Live at Leeds Festival 2015 on Friday, 28th August 2015
When The Gaslight Anthem take to the main stage and launch into Handwritten, their fans are ready for them - rumours abound that this may be the last tour, thanks to liberal use of that time honoured burnout phrase 'indefinite hiatus' in recent months. There's little sign of any fatigue though, and if this is their final set, it's a good one to go out on. Against a backdrop of the cover for 2014's Get Hurt, the New Jersey quintet rip through a selection of their finest examples of sweeping, small town Americana. Highlights include Howl (on which Brian Fallon sounds more like Brandon Flowers than any much touted Springsteen comparison) and The '59 Sound.
Skinner and Kit Trigg both do well and pull in their own crowds plus a number of passing stragglers on the BBC Introducing stage. Skinner, a Yorkshire native making her Leeds Festival debut, offers an intriguing mix of electronica, hip hop and a soulful voice that recalls Anastasia and Amy Winehouse. As her upcoming single Dangerous Game jumpstarts the crowd, it's easy to see why this rising star has been recently signed to northern label Anonymous Records. Kit Trigg are another duo riffing of the old school simplistic blues of The Black Keys, and while that style has been aped by many (we're looking at you Mike Kerr and Ben Thatcher) it is at least a formula that's very hard to mess up. It's still a primal and engaging sound, as safe in the hands of Kit Trigg as it ever was as they channel The White Stripes, Led Zeppelin and even - in the howling tones of their eponymous vocalist - Jeff Buckley. It's a fresh and engaging set, and these guys too are ones to watch.
There's more main stage action from local heroes The Cribs, who deliver the best and arguably most anticipated show of the day. The great thing about The Cribs is that they hark back to the days of important bands - think The Replacements, The Clash and the Ramones - but manage to sound unmistakably like themselves. They start as they mean to go on, charging through a blazing, captivating set that begins with Mirror Kissers and ends with recent single Pink Snow. There's barely a pause for breath in between, and the set leans heavily on newer material and 2007's breakout album Men's Needs, Women's Needs, Whatever. There's even a treat just for 'all the old school Cribs fans' (judging by the cheers, that's everybody) in the form of Another Number from their 2004 debut. They leave the stage as they took to it - full of confidence and buoyed by the fevered admiration of a hometown crowd - and it's not hard to imagine them topping the main stage bill one day soon.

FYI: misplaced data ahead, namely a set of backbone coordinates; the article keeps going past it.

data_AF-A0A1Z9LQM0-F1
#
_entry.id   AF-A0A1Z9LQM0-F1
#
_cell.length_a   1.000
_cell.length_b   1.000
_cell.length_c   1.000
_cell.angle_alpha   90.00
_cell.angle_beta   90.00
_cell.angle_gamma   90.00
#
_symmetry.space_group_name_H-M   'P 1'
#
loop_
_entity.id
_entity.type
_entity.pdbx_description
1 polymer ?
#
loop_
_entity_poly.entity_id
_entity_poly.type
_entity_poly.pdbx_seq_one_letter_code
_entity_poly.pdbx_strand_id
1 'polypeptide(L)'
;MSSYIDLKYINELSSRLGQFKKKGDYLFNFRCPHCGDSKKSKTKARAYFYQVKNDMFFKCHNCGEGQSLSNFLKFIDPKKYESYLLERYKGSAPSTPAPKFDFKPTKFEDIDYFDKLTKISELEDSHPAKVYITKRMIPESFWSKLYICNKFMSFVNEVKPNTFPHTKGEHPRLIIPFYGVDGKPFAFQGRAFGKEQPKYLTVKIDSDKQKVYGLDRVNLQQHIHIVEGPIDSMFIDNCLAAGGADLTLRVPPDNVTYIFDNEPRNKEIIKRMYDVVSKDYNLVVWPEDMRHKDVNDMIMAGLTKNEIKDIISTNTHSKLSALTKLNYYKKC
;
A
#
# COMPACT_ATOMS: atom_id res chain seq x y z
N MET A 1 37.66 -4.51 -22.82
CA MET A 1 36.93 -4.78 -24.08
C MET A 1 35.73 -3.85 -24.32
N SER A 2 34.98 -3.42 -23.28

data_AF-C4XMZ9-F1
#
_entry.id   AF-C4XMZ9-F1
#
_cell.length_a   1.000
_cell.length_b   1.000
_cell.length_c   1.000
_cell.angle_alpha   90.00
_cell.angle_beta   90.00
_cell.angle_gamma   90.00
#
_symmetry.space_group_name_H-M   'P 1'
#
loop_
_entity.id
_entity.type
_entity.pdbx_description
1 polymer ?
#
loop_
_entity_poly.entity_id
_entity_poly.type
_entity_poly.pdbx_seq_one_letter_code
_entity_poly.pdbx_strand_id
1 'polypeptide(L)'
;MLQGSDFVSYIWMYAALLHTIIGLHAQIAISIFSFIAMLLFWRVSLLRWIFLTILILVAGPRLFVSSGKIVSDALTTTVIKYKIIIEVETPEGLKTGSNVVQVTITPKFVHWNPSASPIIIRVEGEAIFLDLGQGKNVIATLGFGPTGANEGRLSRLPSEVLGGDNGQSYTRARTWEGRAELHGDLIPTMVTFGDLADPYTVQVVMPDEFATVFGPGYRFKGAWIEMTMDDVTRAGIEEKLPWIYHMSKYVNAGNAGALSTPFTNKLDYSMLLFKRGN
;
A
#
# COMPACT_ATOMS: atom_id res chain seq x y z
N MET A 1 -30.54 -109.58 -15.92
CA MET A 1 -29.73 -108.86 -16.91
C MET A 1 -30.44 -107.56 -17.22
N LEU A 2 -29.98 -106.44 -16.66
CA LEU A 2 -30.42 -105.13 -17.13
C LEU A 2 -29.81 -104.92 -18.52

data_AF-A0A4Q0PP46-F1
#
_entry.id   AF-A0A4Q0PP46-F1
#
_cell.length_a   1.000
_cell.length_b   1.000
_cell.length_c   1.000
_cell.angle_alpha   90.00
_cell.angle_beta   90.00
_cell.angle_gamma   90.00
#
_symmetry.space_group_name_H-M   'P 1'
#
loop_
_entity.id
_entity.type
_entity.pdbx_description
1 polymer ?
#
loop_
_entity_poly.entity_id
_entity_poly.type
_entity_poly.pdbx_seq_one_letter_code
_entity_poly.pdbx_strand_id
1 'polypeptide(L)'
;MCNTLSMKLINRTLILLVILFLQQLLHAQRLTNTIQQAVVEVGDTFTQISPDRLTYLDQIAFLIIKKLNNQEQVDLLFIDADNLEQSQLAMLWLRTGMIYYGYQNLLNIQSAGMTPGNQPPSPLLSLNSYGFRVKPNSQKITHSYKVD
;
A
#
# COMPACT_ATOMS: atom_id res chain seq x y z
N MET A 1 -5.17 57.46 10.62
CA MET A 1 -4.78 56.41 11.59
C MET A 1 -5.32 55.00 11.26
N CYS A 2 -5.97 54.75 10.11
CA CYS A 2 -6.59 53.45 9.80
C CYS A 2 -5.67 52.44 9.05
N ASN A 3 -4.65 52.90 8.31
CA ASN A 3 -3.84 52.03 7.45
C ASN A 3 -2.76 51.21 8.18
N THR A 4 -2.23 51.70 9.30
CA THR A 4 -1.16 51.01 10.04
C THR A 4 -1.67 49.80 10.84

The Festival Republic stage is the place to close out Friday night for those underwhelmed or confused by The Libertines main stage headline slot. Manchester Orchestra's appearance is one that's short but sweet, drawing mostly from their second and fourth albums to give fans a taste of their brooding, melodic sound. Set closer Cope is the highlight, splicing Death Cab For Cutie with Black Sabbath's Iron Man and adding a dash of Noah And The Whale for good measure. The man with the top spot is Frank Turner, and when he jokes that Leeds is 'his festival' you can hardly blame him given that he's shown up almost ten times on the trot. This time he's out on his own - an acoustic guitar and a tent full of faithfuls are all he needs as he airs songs from his most recent record, Positive Songs For Negative People. You'd be hard pressed to find any negativity here tonight though and the crowd are with their man right from the off, singing as passionately as Frank throughout the evening, particularly on the thankfully resurrected music lovers anthem The Ballad Of Me And My Friends and almost set closer I Still Believe. Turner may be carrying the torch passed to him by Billy Bragg, but he ends the night with a rapturously received cover of Queen's Somebody To Love, paying homage to the festivals rock roots and the hope that maybe rock and roll will save us after all.